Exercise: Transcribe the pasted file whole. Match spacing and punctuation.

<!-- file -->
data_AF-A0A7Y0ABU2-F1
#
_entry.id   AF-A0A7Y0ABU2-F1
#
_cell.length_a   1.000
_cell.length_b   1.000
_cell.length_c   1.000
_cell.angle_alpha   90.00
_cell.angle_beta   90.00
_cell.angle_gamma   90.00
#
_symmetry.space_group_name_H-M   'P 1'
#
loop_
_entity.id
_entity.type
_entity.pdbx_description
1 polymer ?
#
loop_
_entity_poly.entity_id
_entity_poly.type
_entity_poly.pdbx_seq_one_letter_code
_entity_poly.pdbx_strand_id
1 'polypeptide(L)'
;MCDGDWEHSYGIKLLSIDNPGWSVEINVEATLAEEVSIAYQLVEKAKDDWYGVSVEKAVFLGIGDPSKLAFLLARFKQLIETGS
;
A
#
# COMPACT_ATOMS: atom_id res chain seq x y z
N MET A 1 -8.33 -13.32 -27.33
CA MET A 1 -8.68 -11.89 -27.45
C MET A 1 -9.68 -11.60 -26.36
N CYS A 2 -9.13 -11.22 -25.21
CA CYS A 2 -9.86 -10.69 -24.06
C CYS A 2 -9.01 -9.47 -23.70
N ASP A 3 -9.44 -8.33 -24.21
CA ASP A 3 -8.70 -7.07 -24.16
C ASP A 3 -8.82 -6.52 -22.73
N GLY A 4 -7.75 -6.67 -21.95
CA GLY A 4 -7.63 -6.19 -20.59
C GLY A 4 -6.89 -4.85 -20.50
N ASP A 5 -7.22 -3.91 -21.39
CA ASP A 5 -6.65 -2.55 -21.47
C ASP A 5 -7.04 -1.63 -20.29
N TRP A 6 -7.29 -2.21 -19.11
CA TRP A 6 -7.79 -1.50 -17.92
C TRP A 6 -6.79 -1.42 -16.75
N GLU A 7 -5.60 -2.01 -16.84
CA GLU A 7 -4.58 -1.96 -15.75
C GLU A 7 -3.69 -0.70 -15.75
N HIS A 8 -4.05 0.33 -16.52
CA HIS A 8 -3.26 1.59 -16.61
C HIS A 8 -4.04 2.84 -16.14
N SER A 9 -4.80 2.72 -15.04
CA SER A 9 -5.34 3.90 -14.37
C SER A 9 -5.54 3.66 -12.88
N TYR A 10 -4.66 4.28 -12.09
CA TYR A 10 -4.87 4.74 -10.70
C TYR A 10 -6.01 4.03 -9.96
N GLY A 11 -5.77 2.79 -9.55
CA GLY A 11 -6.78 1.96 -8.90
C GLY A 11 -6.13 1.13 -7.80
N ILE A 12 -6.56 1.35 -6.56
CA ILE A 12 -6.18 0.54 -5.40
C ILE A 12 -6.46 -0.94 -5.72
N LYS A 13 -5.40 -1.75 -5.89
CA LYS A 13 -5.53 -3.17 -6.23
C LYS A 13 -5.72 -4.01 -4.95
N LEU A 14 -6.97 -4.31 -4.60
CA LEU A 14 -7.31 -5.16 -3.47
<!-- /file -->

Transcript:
data_AF-A0A7Y0ABU2-F1
#
_entry.id   AF-A0A7Y0ABU2-F1
#
_cell.length_a   1.000
_cell.length_b   1.000
_cell.length_c   1.000
_cell.angle_alpha   90.00
_cell.angle_beta   90.00
_cell.angle_gamma   90.00
#
_symmetry.space_group_name_H-M   'P 1'
#
loop_
_entity.id
_entity.type
_entity.pdbx_description
1 polymer ?
#
loop_
_entity_poly.entity_id
_entity_poly.type
_entity_poly.pdbx_seq_one_letter_code
_entity_poly.pdbx_strand_id
1 'polypeptide(L)'
;MCDGDWEHSYGIKLLSIDNPGWSVEINVEATLAEEVSIAYQLVEKAKDDWYGVSVEKAVFLGIGDPSKLAFLLARFKQLIETGS
;
A
#
# COMPACT_ATOMS: atom_id res chain seq x y z
N MET A 1 -8.33 -13.32 -27.33
CA MET A 1 -8.68 -11.89 -27.45
C MET A 1 -9.68 -11.60 -26.36
N CYS A 2 -9.13 -11.22 -25.21
CA CYS A 2 -9.86 -10.69 -24.06
C CYS A 2 -9.01 -9.47 -23.70
N ASP A 3 -9.44 -8.33 -24.21
CA ASP A 3 -8.70 -7.07 -24.16
C ASP A 3 -8.82 -6.52 -22.73
N GLY A 4 -7.75 -6.67 -21.95
CA GLY A 4 -7.63 -6.19 -20.59
C GLY A 4 -6.89 -4.85 -20.50
N ASP A 5 -7.22 -3.91 -21.39
CA ASP A 5 -6.65 -2.55 -21.47
C ASP A 5 -7.04 -1.63 -20.29
N TRP A 6 -7.29 -2.21 -19.11
CA TRP A 6 -7.79 -1.50 -17.92
C TRP A 6 -6.79 -1.42 -16.75
N GLU A 7 -5.60 -2.01 -16.84
CA GLU A 7 -4.58 -1.96 -15.75
C GLU A 7 -3.69 -0.70 -15.75
N HIS A 8 -4.05 0.33 -16.52
CA HIS A 8 -3.26 1.59 -16.61
C HIS A 8 -4.04 2.84 -16.14
N SER A 9 -4.80 2.72 -15.04
CA SER A 9 -5.34 3.90 -14.37
C SER A 9 -5.54 3.66 -12.88
N TYR A 10 -4.66 4.28 -12.09
CA TYR A 10 -4.87 4.74 -10.70
C TYR A 10 -6.01 4.03 -9.96
N GLY A 11 -5.77 2.79 -9.55
CA GLY A 11 -6.78 1.96 -8.90
C GLY A 11 -6.13 1.13 -7.80
N ILE A 12 -6.56 1.35 -6.56
CA ILE A 12 -6.18 0.54 -5.40
C ILE A 12 -6.46 -0.94 -5.72
N LYS A 13 -5.40 -1.75 -5.89
CA LYS A 13 -5.53 -3.17 -6.23
C LYS A 13 -5.72 -4.01 -4.95
N LEU A 14 -6.97 -4.31 -4.60
CA LEU A 14 -7.31 -5.16 -3.47